August 18, 2023

Why Does Anemia Make You Crave Ice?

In the past few years, doctors have identified compulsive cravings for ice as a surprising sign of the blood disorder anemia. The most common form of anemia, iron deficiency anemia, causes fatigue and weakness by reducing the number of oxygen-carrying red blood cells in the body. Fortunately, doctors have found that treating the underlying cause of the anemia -- often heavy periods, a history of childhood trauma or neglect, certain cancers, or surgery like the Roux-en-Y gastric bypass operation -- usually cures the ice cravings.

In one study, scientists gave people with low iron levels a math test and then had them chew on some ice while taking the test again. The researchers found that people who chewed ice did better on the test retake than those who didn’t chew the ice. They think this is because chewing the ice alerts the brain, giving them an extra boost of energy and focus.

Another reason why ice could make you feel more alert is because chewing ice releases small amounts of oxygen into the bloodstream, which can help people feel more awake. This effect is similar to the way coffee makes people feel.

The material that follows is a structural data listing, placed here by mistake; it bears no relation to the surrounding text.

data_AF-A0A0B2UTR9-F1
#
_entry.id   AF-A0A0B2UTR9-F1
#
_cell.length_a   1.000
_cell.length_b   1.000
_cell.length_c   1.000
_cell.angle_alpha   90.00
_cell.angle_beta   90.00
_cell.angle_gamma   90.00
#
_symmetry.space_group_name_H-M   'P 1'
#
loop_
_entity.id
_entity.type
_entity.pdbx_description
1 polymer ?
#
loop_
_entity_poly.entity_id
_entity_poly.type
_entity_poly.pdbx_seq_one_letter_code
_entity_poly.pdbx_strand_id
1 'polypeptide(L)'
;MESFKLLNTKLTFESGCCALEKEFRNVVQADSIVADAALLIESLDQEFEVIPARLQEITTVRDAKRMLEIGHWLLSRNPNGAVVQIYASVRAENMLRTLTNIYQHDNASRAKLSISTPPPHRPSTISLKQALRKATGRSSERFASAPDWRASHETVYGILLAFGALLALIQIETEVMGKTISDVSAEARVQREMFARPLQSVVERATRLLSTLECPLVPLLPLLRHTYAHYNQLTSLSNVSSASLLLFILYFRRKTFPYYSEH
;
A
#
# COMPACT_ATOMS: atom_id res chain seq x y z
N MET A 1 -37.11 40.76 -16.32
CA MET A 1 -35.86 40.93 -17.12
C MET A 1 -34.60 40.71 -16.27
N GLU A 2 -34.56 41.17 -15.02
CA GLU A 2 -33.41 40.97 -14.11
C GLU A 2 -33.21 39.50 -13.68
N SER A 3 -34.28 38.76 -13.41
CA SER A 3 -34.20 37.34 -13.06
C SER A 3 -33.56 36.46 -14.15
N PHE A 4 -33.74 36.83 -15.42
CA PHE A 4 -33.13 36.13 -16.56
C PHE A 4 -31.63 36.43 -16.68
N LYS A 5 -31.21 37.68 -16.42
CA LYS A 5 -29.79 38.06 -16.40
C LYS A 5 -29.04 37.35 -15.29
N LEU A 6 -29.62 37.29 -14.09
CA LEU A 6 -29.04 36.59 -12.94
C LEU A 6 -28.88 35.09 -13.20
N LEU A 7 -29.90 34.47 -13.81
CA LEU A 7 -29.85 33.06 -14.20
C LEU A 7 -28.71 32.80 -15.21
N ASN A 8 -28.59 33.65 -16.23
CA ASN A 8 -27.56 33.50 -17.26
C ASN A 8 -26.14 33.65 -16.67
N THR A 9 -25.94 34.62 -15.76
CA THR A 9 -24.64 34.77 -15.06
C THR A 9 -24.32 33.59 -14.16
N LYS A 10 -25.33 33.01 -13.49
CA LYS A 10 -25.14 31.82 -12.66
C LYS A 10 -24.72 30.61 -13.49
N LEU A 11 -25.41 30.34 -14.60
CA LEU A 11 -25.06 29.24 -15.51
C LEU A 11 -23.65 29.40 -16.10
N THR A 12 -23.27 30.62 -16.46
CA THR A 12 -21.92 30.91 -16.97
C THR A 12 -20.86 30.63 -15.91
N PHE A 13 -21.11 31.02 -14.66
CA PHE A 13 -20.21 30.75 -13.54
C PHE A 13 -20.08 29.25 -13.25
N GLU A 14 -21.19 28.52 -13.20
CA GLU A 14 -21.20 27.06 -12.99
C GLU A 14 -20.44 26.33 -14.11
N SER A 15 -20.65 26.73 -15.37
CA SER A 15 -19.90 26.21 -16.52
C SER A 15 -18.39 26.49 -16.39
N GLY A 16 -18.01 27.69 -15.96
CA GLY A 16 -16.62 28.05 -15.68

In addition to addressing the underlying cause of anemia, doctors often prescribe iron supplements for people who have ice cravings. It’s important to note, though, that ice is not a good source of nutrients, and people should not use it to replace other healthy foods in their diet. Also, the habit of eating and chewing a lot of ice can damage tooth enamel over time.


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